Why should I say that? I don’t mean from a technical point of view, of course. Watching or interrupting people’s access to websites and general Internet activity is surely the daily stuff of what GCHQ is supposed to do.
So I don’t mean all that kind of thing when I ask the question in the title of the post. I mean, rather, the Internet’s political dynamics: how a million clever eyes react to a perceived threat to their environment as might a flock of birds. The web’s ability to bring to the surface a bright (or subversive) idea – which then proceeds to quickly propagate itself – is hardly a new thought to keep our virtual minds engaged. Here’s one from this morning which, for example, leads me to such conclusions. On the back of prior tweets which suggest we should voluntarily forward all our communications to existing government email addresses, we then get this intriguing idea:
#TellDaveEverything Let’s all join the campaign and cc every email we send to firstname.lastname@example.org
Whilst not inclined myself to participate in such a campaign, it does, as I said earlier, make me wonder if anyone in government, the civil service or even our blessed security services understands anything at all about how the dynamics of web interaction really operate.
Surely any ordinary user of the web with a little bit of Internet nous could imagine that if a government which in a space of two weeks has just penalised four million middle-class pensioners for being pensioners; raised the standard of living for only the very richest in the country; increased the cost of using the postal service; increased the cost of cheap hot food for particularly the poorer in society; told people to go out, fill up with and store jerrycanned petrol (possibly illegally), an act which then led to widespread panic over fuel supplies; apparently encouraged ministers to believe a bit of petrol panic wouldn’t actually be a bad thing; and had a co-treasurer of its party resigning for promising ministerial access in exchange for hundreds of thousand of pounds … well, that a government like this should then proceed to propose a policy whereby every Internet interaction and transaction would be automatically observed by the selfsame government can surely only be interpreted as an example of sheer political madness and incompetence. The kind of behaviours, in fact, which in quite different contexts, and in any private company worth its salt, would lead to an immediate disciplinary.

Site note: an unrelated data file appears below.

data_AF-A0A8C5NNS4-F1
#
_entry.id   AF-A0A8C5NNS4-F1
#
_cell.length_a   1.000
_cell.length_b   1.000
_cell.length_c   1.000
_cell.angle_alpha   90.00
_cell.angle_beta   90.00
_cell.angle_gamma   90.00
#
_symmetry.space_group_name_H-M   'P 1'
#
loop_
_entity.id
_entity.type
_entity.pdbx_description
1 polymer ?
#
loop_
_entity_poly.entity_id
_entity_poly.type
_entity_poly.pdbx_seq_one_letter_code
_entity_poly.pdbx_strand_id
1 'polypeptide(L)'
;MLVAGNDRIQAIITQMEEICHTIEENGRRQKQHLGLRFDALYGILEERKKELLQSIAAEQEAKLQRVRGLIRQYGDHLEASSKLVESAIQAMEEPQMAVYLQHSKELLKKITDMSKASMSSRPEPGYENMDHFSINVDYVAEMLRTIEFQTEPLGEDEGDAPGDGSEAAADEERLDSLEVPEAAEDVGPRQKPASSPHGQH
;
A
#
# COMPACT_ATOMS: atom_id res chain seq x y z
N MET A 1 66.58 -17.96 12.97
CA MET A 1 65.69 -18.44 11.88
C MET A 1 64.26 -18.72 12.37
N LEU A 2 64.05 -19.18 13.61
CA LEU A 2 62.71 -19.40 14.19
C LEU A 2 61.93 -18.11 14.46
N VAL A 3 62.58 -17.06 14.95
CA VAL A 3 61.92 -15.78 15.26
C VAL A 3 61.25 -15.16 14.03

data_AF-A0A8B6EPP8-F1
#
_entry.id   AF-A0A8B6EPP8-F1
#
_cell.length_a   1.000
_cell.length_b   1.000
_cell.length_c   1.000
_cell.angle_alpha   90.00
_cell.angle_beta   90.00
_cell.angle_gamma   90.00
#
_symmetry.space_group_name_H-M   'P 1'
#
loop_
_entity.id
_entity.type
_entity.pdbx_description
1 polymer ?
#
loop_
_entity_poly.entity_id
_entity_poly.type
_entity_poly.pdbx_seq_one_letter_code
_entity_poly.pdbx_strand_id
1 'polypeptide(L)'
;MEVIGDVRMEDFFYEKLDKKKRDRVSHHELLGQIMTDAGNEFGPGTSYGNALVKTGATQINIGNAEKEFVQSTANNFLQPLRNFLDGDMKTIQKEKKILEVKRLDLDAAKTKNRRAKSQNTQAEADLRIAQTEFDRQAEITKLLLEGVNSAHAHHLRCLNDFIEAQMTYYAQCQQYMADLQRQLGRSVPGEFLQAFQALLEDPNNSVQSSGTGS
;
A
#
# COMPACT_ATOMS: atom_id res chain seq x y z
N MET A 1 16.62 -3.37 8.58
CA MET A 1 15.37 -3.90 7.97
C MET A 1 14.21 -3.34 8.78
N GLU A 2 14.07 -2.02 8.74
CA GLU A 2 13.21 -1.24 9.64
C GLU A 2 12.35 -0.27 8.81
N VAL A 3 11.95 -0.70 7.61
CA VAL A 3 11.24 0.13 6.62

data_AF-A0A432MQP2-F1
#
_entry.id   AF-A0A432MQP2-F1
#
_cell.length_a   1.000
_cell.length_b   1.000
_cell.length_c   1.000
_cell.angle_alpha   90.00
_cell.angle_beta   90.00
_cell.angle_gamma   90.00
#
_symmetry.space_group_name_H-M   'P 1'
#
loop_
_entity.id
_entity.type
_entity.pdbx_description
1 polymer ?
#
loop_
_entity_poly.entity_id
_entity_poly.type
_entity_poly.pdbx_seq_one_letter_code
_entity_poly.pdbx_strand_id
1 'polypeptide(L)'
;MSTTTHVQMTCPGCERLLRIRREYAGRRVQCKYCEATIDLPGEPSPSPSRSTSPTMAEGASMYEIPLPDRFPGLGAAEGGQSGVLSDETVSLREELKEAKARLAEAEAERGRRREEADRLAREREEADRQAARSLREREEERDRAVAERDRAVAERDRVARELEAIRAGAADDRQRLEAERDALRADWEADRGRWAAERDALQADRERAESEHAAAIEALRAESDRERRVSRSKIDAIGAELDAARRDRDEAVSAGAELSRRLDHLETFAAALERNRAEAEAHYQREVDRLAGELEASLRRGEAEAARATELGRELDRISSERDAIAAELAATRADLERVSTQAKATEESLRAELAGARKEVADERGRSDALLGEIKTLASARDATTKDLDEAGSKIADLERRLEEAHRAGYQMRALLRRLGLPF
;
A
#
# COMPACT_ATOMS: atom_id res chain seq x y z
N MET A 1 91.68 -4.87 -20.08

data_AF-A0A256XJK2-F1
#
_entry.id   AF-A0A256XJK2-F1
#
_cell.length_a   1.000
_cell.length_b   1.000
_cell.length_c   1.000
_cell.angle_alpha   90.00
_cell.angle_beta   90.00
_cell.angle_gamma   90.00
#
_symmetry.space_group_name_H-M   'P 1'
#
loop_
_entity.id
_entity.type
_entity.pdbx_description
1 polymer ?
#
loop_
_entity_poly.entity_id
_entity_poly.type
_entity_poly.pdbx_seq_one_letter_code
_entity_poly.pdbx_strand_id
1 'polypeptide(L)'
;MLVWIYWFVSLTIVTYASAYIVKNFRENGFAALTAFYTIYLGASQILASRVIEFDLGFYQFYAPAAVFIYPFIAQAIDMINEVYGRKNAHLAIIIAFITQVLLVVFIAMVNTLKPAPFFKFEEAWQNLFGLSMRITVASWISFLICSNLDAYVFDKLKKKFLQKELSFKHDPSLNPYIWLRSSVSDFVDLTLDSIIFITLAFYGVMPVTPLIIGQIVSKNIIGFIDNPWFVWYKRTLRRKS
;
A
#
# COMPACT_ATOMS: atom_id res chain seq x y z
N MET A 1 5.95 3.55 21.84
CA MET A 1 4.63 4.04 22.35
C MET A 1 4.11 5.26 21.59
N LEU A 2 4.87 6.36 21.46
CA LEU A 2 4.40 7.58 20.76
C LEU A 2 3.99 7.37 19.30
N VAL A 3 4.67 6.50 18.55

And after a correctly due process, properly defended by the unions these incompetents so despise, a presumably summary sacking.
Thatcher had the unions to vanquish – which she did.
What Cameron hasn’t realised, however, is that his turn won’t be the unions. This won’t be a replay of either Thatcherism or Blairism. The way things are going and the foolishness with which the government proposes and disposes will surely, predictably and quite sadly mean if Cameron wants to win the next election, he’ll have to beat the Internet itself.
Cameron’s battle won’t be with Unite. Cameron’s battle will be with a million crowdsourced eyes. No centralised bureaucracy you can either strategically flatfoot or charm with beer and sandwiches. Just a decentralised yearning for true freedom of expression and communication. As well as its fair dollop of truly bad faith.
And how on earth can the centralising instincts of this evermore foolish Coalition manage to conceive a policy capable of properly containing that?
We’re not talking of technologies any more, dear friends at GCHQ. We’re talking of millions of people getting sincerely pissed off by a government which deliberately doesn’t care to care.
Here’s a suggestion, then – before you go ahead and legislate. Don’t change the legislation to force your people into pigeonholes many of them will, in any case, learn to escape. Change the government’s direction in order that the people want to get voluntarily onside.
Simples, eh? Well, that’s the way it seems to me.
But then I am a naive kind of soul. And in my own foolish way, I still – after all the above – strive to believe in the essential goodness of humankind.